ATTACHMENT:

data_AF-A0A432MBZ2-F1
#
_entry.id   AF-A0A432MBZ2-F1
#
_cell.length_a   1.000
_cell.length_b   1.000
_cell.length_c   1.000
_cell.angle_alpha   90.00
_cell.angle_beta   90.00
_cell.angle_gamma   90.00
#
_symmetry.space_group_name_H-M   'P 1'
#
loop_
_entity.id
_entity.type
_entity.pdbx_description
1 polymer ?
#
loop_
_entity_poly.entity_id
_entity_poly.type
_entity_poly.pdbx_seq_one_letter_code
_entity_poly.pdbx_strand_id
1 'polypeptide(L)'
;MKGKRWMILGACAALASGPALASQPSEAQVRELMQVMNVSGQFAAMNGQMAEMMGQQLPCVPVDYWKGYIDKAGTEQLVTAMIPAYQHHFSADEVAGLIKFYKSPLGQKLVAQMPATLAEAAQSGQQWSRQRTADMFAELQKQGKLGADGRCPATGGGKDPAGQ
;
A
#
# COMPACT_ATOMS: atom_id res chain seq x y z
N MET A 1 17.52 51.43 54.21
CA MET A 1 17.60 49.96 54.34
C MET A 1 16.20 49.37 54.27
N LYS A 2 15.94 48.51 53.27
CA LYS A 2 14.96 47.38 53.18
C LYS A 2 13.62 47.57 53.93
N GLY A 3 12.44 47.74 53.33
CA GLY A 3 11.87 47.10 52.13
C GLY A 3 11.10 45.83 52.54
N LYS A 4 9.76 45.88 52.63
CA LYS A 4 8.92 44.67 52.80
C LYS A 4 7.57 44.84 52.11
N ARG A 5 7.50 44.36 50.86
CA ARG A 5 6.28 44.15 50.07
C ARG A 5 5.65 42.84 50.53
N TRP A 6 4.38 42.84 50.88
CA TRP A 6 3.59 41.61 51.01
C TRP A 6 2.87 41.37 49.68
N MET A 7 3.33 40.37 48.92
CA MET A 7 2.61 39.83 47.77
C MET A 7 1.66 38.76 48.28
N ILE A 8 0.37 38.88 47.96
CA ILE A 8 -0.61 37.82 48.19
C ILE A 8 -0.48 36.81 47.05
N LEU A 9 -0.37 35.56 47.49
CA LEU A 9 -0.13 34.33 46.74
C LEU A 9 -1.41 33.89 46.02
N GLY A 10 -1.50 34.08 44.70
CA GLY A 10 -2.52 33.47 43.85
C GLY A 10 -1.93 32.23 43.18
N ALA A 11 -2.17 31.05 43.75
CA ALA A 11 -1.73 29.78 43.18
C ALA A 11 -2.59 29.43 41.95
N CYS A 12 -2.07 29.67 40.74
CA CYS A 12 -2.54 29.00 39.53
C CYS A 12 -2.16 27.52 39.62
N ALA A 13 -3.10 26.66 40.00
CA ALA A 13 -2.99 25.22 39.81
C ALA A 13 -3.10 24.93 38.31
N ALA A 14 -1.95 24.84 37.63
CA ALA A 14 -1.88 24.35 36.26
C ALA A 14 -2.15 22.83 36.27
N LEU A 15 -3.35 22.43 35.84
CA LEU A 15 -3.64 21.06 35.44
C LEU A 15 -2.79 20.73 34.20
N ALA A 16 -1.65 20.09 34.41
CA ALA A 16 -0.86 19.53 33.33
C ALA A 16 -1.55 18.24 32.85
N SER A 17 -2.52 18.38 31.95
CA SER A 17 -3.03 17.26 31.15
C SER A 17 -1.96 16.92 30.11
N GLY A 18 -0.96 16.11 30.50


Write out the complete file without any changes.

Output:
data_AF-A0A432MBZ2-F1
#
_entry.id   AF-A0A432MBZ2-F1
#
_cell.length_a   1.000
_cell.length_b   1.000
_cell.length_c   1.000
_cell.angle_alpha   90.00
_cell.angle_beta   90.00
_cell.angle_gamma   90.00
#
_symmetry.space_group_name_H-M   'P 1'
#
loop_
_entity.id
_entity.type
_entity.pdbx_description
1 polymer ?
#
loop_
_entity_poly.entity_id
_entity_poly.type
_entity_poly.pdbx_seq_one_letter_code
_entity_poly.pdbx_strand_id
1 'polypeptide(L)'
;MKGKRWMILGACAALASGPALASQPSEAQVRELMQVMNVSGQFAAMNGQMAEMMGQQLPCVPVDYWKGYIDKAGTEQLVTAMIPAYQHHFSADEVAGLIKFYKSPLGQKLVAQMPATLAEAAQSGQQWSRQRTADMFAELQKQGKLGADGRCPATGGGKDPAGQ
;
A
#
# COMPACT_ATOMS: atom_id res chain seq x y z
N MET A 1 17.52 51.43 54.21
CA MET A 1 17.60 49.96 54.34
C MET A 1 16.20 49.37 54.27
N LYS A 2 15.94 48.51 53.27
CA LYS A 2 14.96 47.38 53.18
C LYS A 2 13.62 47.57 53.93
N GLY A 3 12.44 47.74 53.33
CA GLY A 3 11.87 47.10 52.13
C GLY A 3 11.10 45.83 52.54
N LYS A 4 9.76 45.88 52.63
CA LYS A 4 8.92 44.67 52.80
C LYS A 4 7.57 44.84 52.11
N ARG A 5 7.50 44.36 50.86
CA ARG A 5 6.28 44.15 50.07
C ARG A 5 5.65 42.84 50.53
N TRP A 6 4.38 42.84 50.88
CA TRP A 6 3.59 41.61 51.01
C TRP A 6 2.87 41.37 49.68
N MET A 7 3.33 40.37 48.92
CA MET A 7 2.61 39.83 47.77
C MET A 7 1.66 38.76 48.28
N ILE A 8 0.37 38.88 47.96
CA ILE A 8 -0.61 37.82 48.19
C ILE A 8 -0.48 36.81 47.05
N LEU A 9 -0.37 35.56 47.49
CA LEU A 9 -0.13 34.33 46.74
C LEU A 9 -1.41 33.89 46.02
N GLY A 10 -1.50 34.08 44.70
CA GLY A 10 -2.52 33.47 43.85
C GLY A 10 -1.93 32.23 43.18
N ALA A 11 -2.17 31.05 43.75
CA ALA A 11 -1.73 29.78 43.18
C ALA A 11 -2.59 29.43 41.95
N CYS A 12 -2.07 29.67 40.74
CA CYS A 12 -2.54 29.00 39.53
C CYS A 12 -2.16 27.52 39.62
N ALA A 13 -3.10 26.66 40.00
CA ALA A 13 -2.99 25.22 39.81
C ALA A 13 -3.10 24.93 38.31
N ALA A 14 -1.95 24.84 37.63
CA ALA A 14 -1.88 24.35 36.26
C ALA A 14 -2.15 22.83 36.27
N LEU A 15 -3.35 22.43 35.84
CA LEU A 15 -3.64 21.06 35.44
C LEU A 15 -2.79 20.73 34.20
N ALA A 16 -1.65 20.09 34.41
CA ALA A 16 -0.86 19.53 33.33
C ALA A 16 -1.55 18.24 32.85
N SER A 17 -2.52 18.38 31.95
CA SER A 17 -3.03 17.26 31.15
C SER A 17 -1.96 16.92 30.11
N GLY A 18 -0.96 16.11 30.50